# Possible to use Iterative FD methods to solve a transformed non square domain [matlab]?

For the 2-D Poisson equation $$-(u_{xx}+u_{yy}) = f \ \ \text{where} f = 1$$

For boundary conditions $$\frac{\partial u}{\partial n} = 0 \ \text{on AB and AD}$$ $$u = 0 \ \ \ \text{on BC and CD no-slip condition}$$

I know how to solve this using both a Gauss Siedel and Jacobian method for normal problems however, what if the domain is an irregular shape such as. I've solved this in class using a transformation of variables and using the Matrix method but it was a pain in the ass The transformation is $$x = m\xi \\ y = h \eta+s \xi - s\eta \xi$$ Where $$h = 1 s = 0.5 m = 0.866$$ I can post the full math for transforming if interested but the transformed poisson equation is

$$-1/J^2 (au_{\xi \xi} - 2bu_{\xi\eta} + cu_{\eta \eta} + du_{\eta}+eu_\xi)$$ $$\text{Where} \ \ u_\xi \text{ is discretized like } u_x$$ Full Discretization scheme is like and the coefficients The left and right boundary conditions discretized  I put together a jacobi scheme like this

$$u^{k+1}_{ij} = \frac{1}{2*h_{\xi\eta}} *\{a\Delta \eta^2(u_{i+1,j}+u_{i-1,j})+c\Delta \xi^2 (u_{i,j+1}+u_{i,j-1}) + \\ [2d\Delta \xi(u_{i,j+1}-u_{i,j-1}) - 2b(u_{i+1,j+1}+u_{i-1,j-1}-u_{i-1,j+1}-u_{u+1,j-1})]\frac{\Delta \xi \Delta \eta}{4} \\ + J^2f_{i,j} \Delta xi^2 \Delta \eta^2 \}$$ $$h_{ \xi \eta} = \Delta \xi^2 + \Delta \eta^2$$

I've iterated about 1000 times but my results don't align with the expected And the expected results I think I maybe having issues implementing the boundary conditions so here's my code, but if it's not possible to do this iteratively then just let me know. THANK YOU

%% Initiate Variables
N = 21;

l = 3;
s = 0.5;
h = 1;

m = sqrt((1/2*l-h+s)^2-s^2);
x = linspace(0,m,N);
y = linspace(0,h,N);

dx = x(2)-x(1); dy = y(2)-y(1);

%% Map coordinates to the xi and nu

xi = x/m;
nu = (m.*y-s.*x)./(m*h-s.*x);

dxi = xi(2)-xi(1); %these should be the same i think
dnu = nu(2)-nu(1);

hx = dxi.^2;
hn = dnu.^2;
hh = dxi*dnu; %multipy non squared
hhxn = hn*hx;
hxn = hx+hn; %adding the squres
w = 2/3;
%% Solve the poisson equation I guess ?

u = zeros(N,N);
uj = u;
f = u;

J = m*(h-s*xi);
a = (h-s.*xi).^2;
b = s*(1-nu).*(h-s.*xi);
c = m^2+s^2*(1-nu).^2;
e = 0;
af = 0;
beta = 2*s^2*(1-nu).*(h-s.*xi);
d = -2*s.^2*(1-nu);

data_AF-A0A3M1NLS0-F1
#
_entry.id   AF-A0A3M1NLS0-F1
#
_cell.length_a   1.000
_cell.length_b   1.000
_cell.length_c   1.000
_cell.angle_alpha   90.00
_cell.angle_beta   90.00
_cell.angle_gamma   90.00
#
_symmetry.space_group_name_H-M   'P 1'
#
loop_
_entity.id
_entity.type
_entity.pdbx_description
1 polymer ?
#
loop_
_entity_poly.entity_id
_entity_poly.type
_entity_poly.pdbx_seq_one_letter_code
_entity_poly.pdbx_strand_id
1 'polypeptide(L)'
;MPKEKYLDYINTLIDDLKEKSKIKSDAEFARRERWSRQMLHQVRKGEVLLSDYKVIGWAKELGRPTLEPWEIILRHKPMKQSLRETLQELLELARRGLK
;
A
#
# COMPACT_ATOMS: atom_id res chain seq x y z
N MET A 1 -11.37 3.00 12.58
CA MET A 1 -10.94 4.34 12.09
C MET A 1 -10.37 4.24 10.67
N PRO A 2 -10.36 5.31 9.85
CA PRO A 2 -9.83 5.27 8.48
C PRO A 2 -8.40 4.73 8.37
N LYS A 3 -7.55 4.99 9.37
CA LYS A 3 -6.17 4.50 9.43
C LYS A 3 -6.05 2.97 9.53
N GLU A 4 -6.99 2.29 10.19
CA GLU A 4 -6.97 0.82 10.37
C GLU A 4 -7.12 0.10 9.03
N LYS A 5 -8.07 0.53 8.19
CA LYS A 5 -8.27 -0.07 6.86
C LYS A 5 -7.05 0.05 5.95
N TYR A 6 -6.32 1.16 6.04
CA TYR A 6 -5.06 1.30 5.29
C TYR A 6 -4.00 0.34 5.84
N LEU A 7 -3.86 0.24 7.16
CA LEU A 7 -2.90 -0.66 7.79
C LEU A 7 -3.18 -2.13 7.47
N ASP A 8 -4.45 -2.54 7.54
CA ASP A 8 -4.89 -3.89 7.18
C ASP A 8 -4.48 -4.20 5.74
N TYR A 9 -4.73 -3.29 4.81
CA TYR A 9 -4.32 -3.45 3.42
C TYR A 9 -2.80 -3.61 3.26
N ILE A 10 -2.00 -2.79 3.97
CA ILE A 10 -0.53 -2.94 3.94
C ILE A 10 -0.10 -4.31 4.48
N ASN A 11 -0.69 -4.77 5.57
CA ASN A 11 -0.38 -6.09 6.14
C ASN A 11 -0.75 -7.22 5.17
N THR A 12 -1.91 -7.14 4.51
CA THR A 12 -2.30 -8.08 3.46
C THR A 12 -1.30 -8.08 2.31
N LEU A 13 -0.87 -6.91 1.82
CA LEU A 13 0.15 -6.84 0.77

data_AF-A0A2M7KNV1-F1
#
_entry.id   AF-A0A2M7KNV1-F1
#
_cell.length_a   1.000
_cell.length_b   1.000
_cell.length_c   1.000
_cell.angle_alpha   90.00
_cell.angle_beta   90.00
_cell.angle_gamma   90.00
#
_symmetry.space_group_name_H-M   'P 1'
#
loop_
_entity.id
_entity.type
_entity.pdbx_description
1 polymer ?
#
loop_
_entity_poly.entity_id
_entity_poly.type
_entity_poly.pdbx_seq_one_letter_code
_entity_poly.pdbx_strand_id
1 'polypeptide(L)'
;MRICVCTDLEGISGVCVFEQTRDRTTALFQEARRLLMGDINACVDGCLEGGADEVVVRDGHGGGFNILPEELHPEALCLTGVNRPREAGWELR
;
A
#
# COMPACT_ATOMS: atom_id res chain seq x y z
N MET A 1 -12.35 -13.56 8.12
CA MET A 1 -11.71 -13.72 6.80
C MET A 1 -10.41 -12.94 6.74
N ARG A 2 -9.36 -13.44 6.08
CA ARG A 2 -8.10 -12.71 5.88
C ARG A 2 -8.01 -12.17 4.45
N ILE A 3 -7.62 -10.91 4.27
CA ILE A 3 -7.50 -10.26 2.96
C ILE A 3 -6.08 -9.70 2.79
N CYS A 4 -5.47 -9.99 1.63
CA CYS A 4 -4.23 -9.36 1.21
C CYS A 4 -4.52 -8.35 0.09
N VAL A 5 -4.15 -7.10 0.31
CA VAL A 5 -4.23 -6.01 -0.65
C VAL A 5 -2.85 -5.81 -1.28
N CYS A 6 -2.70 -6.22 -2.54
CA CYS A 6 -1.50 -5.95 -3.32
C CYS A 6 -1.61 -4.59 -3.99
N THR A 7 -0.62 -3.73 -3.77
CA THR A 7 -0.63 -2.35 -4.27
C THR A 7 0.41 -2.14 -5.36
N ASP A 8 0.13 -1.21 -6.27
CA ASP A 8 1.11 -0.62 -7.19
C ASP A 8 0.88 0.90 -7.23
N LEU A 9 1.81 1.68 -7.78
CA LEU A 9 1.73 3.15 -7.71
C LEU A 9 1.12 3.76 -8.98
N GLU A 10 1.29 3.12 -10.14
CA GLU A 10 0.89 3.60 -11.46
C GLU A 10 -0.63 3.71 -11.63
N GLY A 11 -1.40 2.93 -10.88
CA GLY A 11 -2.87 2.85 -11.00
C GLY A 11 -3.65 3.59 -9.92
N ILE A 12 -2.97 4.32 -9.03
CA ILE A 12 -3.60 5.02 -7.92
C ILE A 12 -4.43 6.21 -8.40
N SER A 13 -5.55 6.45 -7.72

gam = (s*(1-nu))./(h-s*xi);

f(1:N,1:N) = 1;

%% Jacobi for transformed index

for k = 1:100

uo = u;

for j = 2:N-1
for i= 2:N-1

dudxi2 = uo(i+1,j) + uo(i-1,j);
dudn2 = uo(i,j+1)+uo(i,j-1);

dudx = uo(i+1,j) - uo(i-1,j);
dudn = uo(i,j+1)-uo(i,j-1);

dudxn = uo(i+1,j+1)+uo(i-1,j-1)+uo(i-1,j+1)-uo(i+1,j-1);

u(i,j) = ( 1/(2*hxn)*(a(i)*hn*dudxi2 + c(j)*hx*dudn2 + ...
(2*d(j)*dxi*dudn  + 2*b(i)*dudxn)*(hh/4)) ...
+ (J(i)^2*f(i,j)*hhxn)/(hxn));

end

end

end

%% Boundary conditions

% for k = 1:100
%     uo = u;
% for j = 2:N-1
%
%     i = 1;
%     k1 = dxi/dnu*gam(j)*(uo(i,j+1) - uo(i,j-1))-uo(i+1,j);
%
%     dudxi2 = uo(i+1,j) + uo(i-1,j);
%             dudn2 = uo(i,j-1)+uo(i,j-1);
%
%             dudx = uo(i+1,j) - k1;
%             dudn = 0;
%
%             dudxn = uo(i+1,j-1)+uo(i-1,j-1)+uo(i-1,j-1)-uo(i+1,j-1);
%
%             u(i,j) = 1/(2*hxn)*(a(i)*hn*dudxi2 + c(j)*hx*dudn2 + ...
%                 (2*d(j)*dxi*dudn  + 2*b(i)*dudxn)*(hh/4)) ...
%                 + (J(i,j)^2*f(i,j)*hhxn)/(hxn);
%
% end
% end
%
% for k = 1:100
%     uo = u;
%     for i = 2:N-1
%         j = N;
%         dudxi2 = uo(i+1,j) + uo(i-1,j);
%             dudn2 = uo(i,j-1)+uo(i,j-1);
%
%             dudx = uo(i+1,j) - uo(i-1,j);
%             dudn = 0;
%
%             dudxn = uo(i+1,j-1)+uo(i-1,j-1)+uo(i-1,j-1)-uo(i+1,j-1);
%
%             u(i,j) = 1/(2*hxn)*(a(i)*hn*dudxi2 + c(j)*hx*dudn2 + ...
%                 (2*d(j)*dxi*dudn  + 2*b(i)*dudxn)*(hh/4)) ...
%                 + (J(i,j)^2*f(i,j)*hhxn)/(hxn);
%     end
% end
%

%% plot

figure()
contour(x,y,u)

for i = 1:N
for j = 1:N
xi2 = (i-1)*dx;
nu2 = (j-1)*dy;
X(i,j) = m*xi2;
Y(i,j) = h*nu2 + s*xi2 - s*nu2*xi2;
end
end
umax = max(max(max(abs(u))))

figure()
contour(X,Y,u');

figure,
mesh(X,Y,0*X,0*Y);
view([0,0,1]);
axis equal

figure,
patch([0,m,m,0],[0,s,h,h],-ones(1,4),0,'facecolor',[0.8,.8,.8]);
hold on
[ccc,fff] = contour(X,Y,abs(u),(0.02:0.02:max(max(max(abs(u)))))');
clabel(ccc,fff)
axis equal
hold off

$$$$
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• Why do you use the analytical expression for the transformation? This complicates the whole stuff. Simply approximate the metric terms analog to $u$. Dec 9, 2021 at 16:58

A hint for you:

Starting from the Poisson equation

\begin{align} u_{xx} + u_{yy} &= f \quad \text{in} ~~ \Omega , \\ u & = 0 \quad \text{in} ~~ \partial \Omega ,\\ \frac{\partial u}{\partial n} &= 0 \quad \text{in} ~~ \partial \Omega. \end{align}

You can use following general relation